David McConkey - Columnist, Consultant, Citizen
Columnist. Consultant. Citizen.

The Ongoing Task of Remembrance

Brandon Sun, November 7, 2016 - David McConkey

To contemplate the impact of war – especially the First Word War – visit the war memorial in a Manitoba town or village. Look at the monument itself. Read the names. Reflect on the numbers of those who died in the Great War a century ago: like Alexander – 18, Hamiota – 57, Virden – 70, Neepawa – 122. 

Over the years, Brandon has struggled with remembrance.
What should we remember? The overall war effort? Those who died? Those caught up in the war, like family members, others in the community, or even those who spoke out against war? What about a monument to peace?
How should we remember? This turned out to be difficult. After the First Word War, various proposals were made for a memorial in Brandon. But every idea – like a library or a towering obelisk – could not produce agreement or a commitment of money.
The Great War veterans became frustrated. In May 1924, the Brandon Daily Sun reported that the veterans “despaired of any action being taken by a memorial committee that has taken five years to do nothing.”

So, the veterans went ahead on their own. They purchased a Cross of Sacrifice to serve as Brandon’s war memorial. The veterans then launched a campaign challenging the community to raise the required $5,000. 

The fundraising appeal was successful; in the fall of 1924 the Cross was installed in the cemetery. What about identifying the war dead? “No names will be placed on the Cross,” the Sun reported. It had been “definitely determined” that there was “no accurate list of those who made the supreme sacrifice.”
In the years since, there was an undercurrent of feeling in Brandon that more should have been done to remember the Great War.
But perhaps more had been done? Had not remembrance trees been planted along Victoria Avenue?

“The City of Brandon,” the Sun reported in June 2014, “plans to rededicate the trees along Victoria Avenue to local soldiers who fought in the First World War.” Mayor Sheri Decter Hirst explained why this should be regarded as a “rededication.” That there were trees on Victoria Avenue honouring the war, the mayor said, was “a deeply held belief within the community.”  
But Great War remembrance trees were a Brandon myth. There is no record of trees on Victoria Avenue being dedicated after the 1914 war. And there was no “rededication” of trees in 2014.

One long-standing wish in the community, though, has been recently fulfilled. This was the thought that Brandon should have a centrally located memorial in addition to the Cross of Sacrifice in the cemetery. Two new monuments are on Victoria Avenue between 10th and 11th streets.  

What about the future? The goal of planting and dedicating trees could be revived. Perhaps this notion would have even more resonance today.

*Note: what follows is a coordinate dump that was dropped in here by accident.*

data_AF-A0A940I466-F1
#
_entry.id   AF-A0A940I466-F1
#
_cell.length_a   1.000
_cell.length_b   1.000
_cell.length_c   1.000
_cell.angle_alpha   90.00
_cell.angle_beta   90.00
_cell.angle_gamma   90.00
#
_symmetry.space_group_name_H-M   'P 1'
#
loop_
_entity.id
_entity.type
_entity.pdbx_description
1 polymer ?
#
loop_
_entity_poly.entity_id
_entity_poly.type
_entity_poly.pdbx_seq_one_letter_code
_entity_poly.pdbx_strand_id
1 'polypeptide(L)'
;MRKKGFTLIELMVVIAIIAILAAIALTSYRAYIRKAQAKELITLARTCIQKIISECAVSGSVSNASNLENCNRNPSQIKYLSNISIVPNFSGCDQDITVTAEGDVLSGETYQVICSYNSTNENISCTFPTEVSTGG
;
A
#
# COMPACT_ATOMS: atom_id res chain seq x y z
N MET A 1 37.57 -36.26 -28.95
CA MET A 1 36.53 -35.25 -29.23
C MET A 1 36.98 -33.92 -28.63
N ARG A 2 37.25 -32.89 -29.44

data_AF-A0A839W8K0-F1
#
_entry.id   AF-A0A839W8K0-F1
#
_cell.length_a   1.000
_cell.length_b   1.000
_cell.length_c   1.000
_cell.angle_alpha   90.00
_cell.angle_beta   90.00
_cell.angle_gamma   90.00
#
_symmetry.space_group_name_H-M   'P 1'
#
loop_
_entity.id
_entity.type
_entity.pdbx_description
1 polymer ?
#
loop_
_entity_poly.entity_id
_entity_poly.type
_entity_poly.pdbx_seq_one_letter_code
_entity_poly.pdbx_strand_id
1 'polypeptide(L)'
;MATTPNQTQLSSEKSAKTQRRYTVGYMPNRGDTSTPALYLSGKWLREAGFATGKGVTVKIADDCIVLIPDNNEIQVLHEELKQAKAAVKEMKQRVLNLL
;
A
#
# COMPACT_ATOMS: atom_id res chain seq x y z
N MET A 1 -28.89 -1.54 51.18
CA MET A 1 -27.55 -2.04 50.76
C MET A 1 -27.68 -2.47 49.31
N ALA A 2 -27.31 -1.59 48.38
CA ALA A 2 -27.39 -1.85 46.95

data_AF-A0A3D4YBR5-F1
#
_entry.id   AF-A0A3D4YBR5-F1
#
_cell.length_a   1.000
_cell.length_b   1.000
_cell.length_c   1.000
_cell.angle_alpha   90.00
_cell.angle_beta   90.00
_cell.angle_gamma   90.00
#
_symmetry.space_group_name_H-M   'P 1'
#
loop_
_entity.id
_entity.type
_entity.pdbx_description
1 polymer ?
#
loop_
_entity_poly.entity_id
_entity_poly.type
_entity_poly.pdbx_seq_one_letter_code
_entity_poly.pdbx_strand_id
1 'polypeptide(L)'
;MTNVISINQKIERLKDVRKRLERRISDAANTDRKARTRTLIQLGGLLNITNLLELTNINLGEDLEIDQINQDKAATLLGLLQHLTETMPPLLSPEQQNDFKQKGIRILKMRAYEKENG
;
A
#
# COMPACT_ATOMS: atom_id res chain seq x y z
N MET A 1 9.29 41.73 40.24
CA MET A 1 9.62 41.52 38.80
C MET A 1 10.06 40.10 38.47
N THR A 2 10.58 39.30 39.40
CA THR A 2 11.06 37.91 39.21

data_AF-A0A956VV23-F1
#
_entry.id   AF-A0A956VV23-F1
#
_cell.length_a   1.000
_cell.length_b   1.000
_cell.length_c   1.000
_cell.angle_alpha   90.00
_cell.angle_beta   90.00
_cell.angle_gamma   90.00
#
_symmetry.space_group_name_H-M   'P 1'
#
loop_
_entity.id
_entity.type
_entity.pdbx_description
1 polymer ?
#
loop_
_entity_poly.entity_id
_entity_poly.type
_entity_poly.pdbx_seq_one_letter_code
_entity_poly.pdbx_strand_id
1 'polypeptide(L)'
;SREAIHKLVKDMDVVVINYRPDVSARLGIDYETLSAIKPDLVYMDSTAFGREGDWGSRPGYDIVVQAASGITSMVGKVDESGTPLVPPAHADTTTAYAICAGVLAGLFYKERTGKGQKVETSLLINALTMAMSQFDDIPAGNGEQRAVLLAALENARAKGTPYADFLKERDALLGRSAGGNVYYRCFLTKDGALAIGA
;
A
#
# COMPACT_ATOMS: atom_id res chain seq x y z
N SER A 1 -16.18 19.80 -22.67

Another community aspiration could also be realized: a memorial listing all the names of Brandon’s war dead. New research is establishing the “accurate list” that could not be compiled previously. (For information: the 26th Field Regiment RCA / XII Manitoba Dragoons Museum at the Brandon Armoury; 204-717-4579.)

One of those names is Major Joseph McLaren. In 1914, McLaren was working as the drill instructor in Brandon schools. The popular 32-year-old lived at 641 Lorne Ave., in a residence known as the “Brandon Bachelors’ Club.” McLaren enlisted when the war started; he was killed at Ypres seven months later.

McLaren was the second Brandonite to die in the war. McLaren was greatly respected and the community wanted him remembered. In May 1915, 1,000 people attended a ceremony at Rideau Park, where a tree was planted in his memory. Another tree was planted at the Brandon Normal School. The school division named a school after McLaren.
But even a strong memory made can eventually fade. Today, there are no McLaren trees; there is no McLaren School. (On the former school at 1031 Sixth St., now the school division offices, however, you can still see the name “McLaren.”)   

Finally, what about a monument to peace? Many will be surprised to learn that Brandon already has one – the Labyrinth of Peace. Brandon University created the Labyrinth in 2002 after two years of research and fundraising. It is near the Riverbank Discovery Centre, just off Kirkcaldy Dr. Unfortunately, the Labyrinth of Peace is not only almost unknown, it also has fallen into disrepair.

Remember war? Reflect on peace? For citizens of Brandon, this is an ongoing task.

* * * *
See also: 

Reflections on the Great War 

Francis Marion Beynon: Compelling Story of a Manitoba Suffragist, Pacifist

Remembering Nellie McClung

Community Memorials a Link to the Great War



David McConkey,
Brandon, Manitoba
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